I’ve been looking at ways of developing the independence skills of my Year 3/4 class when using Scratch. One of the starter activities I’ve done aims to do this, as well as strengthening the childrens’ logic skills.
The Scratch Match game works like this:
Children sit in groups / tables and each table has a set of cards which are the different sections of code in Scratch.
I then show different code blocks and ask each group to work out which section that block comes from and hold up the correct card, for example if I show “move 10 steps” the group gets the person with “Motion” section to hold up their card.
I then give a short explanation of why the code block is in that section.
One of the tricky ones is “say hello for 2 secs” as children usually think this is in Sound. It’s a good opportunity to draw out that the “say hello” block doesn’t make any sound; instead it displays something on the screen to do with the way a sprite looks.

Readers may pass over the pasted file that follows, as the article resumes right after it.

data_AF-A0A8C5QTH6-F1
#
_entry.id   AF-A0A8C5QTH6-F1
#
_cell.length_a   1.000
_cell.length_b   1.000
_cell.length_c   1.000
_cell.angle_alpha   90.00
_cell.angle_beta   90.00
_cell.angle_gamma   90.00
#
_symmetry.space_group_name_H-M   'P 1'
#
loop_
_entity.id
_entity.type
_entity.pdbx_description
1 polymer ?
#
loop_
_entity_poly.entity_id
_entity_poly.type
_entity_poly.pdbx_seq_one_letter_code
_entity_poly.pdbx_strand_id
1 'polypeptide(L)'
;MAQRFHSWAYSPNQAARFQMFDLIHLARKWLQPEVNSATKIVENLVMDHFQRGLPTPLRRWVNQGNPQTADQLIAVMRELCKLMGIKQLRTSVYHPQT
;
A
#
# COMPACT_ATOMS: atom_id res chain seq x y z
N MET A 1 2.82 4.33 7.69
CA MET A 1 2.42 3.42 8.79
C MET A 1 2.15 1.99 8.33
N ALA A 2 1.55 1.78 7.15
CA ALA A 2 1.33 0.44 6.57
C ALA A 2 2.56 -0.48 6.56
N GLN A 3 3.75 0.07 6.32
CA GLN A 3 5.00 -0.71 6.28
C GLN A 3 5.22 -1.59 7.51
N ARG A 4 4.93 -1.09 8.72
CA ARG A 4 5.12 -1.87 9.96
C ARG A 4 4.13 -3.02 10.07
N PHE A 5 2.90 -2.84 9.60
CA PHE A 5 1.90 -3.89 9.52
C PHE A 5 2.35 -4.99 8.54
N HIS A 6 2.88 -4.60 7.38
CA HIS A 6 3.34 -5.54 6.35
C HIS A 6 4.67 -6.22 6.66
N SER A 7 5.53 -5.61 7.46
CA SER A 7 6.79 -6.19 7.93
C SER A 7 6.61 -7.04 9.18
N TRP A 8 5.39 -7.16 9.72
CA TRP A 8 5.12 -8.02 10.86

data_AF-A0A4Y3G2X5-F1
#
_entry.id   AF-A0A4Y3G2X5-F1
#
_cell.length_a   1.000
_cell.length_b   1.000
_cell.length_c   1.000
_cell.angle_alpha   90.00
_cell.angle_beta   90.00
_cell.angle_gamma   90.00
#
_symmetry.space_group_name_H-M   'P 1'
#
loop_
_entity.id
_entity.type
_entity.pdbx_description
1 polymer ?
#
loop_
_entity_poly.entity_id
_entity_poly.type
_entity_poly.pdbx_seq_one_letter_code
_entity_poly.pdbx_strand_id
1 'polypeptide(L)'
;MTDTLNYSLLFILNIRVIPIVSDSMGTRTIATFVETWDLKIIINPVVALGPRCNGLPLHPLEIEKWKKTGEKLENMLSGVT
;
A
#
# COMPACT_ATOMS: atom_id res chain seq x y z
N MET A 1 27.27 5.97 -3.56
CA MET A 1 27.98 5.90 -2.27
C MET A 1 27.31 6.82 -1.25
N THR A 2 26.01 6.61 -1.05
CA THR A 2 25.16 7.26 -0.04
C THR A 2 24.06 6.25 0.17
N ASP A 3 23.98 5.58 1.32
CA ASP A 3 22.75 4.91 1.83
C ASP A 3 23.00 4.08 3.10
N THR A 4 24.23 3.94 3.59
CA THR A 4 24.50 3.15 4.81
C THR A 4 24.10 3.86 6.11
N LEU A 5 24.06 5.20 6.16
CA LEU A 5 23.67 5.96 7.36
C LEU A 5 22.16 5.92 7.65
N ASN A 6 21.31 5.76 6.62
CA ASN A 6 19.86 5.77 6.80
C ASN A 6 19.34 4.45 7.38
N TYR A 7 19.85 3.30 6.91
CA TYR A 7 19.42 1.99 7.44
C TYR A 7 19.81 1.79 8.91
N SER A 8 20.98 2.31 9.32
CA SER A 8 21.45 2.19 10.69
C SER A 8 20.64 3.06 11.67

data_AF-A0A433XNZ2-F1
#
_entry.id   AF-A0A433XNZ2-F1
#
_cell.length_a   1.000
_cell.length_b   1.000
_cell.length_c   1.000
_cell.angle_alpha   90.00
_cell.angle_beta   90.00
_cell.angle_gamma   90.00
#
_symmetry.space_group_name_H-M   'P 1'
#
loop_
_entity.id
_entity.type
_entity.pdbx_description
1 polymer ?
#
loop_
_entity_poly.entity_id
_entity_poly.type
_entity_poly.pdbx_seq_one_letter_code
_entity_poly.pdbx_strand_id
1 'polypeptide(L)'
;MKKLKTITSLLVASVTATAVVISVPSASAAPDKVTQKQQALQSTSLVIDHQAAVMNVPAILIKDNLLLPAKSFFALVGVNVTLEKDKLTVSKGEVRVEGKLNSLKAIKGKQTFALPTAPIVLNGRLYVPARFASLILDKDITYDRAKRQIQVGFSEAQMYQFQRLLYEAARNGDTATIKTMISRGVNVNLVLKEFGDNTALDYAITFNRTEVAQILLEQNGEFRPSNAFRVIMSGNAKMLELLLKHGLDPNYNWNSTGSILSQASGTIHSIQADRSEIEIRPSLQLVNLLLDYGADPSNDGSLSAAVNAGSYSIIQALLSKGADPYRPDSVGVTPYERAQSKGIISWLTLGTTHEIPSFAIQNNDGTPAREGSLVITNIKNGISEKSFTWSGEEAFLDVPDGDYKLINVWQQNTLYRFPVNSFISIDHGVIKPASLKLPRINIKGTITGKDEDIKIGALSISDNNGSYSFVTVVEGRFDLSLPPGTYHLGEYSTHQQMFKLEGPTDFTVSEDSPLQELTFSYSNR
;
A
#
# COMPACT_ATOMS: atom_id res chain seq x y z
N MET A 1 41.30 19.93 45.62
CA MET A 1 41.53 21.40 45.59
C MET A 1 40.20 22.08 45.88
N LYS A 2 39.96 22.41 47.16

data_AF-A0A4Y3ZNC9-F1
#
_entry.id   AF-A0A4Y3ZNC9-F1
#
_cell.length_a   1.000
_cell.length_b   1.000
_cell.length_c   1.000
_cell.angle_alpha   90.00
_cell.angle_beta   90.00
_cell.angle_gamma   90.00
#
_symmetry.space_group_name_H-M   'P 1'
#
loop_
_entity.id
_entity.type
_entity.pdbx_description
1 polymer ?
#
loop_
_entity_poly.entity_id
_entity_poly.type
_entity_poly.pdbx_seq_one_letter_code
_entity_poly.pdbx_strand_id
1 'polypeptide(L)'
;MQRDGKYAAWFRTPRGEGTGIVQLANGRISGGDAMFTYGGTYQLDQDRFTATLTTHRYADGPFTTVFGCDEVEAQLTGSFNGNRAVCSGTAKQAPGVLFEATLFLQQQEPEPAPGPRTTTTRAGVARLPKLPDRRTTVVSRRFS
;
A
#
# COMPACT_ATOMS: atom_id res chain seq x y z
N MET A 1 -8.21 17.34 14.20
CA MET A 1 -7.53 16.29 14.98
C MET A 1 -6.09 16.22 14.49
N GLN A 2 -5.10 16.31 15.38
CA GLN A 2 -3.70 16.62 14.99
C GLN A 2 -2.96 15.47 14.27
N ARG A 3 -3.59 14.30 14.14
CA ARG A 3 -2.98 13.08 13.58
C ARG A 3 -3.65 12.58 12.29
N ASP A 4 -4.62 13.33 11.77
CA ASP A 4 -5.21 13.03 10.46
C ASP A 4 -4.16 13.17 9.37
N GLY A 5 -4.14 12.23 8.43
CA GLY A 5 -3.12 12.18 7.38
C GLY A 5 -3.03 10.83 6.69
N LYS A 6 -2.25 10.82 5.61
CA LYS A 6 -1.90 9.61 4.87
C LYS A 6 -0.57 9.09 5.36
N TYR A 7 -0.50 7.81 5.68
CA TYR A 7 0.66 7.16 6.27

This activity is also a good way of introducing code blocks which will be particularly useful in a lesson. I usually leave the code block we are looking at particularly until the end of the game, e.g. “Make a variable” if we’re exploring what a variable is.
Ways of extending this game
1) Children very quickly realise that the blocks match in colour to the section, i.e. all motion blocks are blue. Once they have made this connection (usually after the first time!) I then change the blocks I show from the front of the class in black-and-white to make it more challenging.
2) After we’ve used this as a starter three or four times, I then ask a child to give the explanation of why a block is in a particular section.
I’m still trying to work out a good explanation of why “When I start as a clone” is in Control, not Events!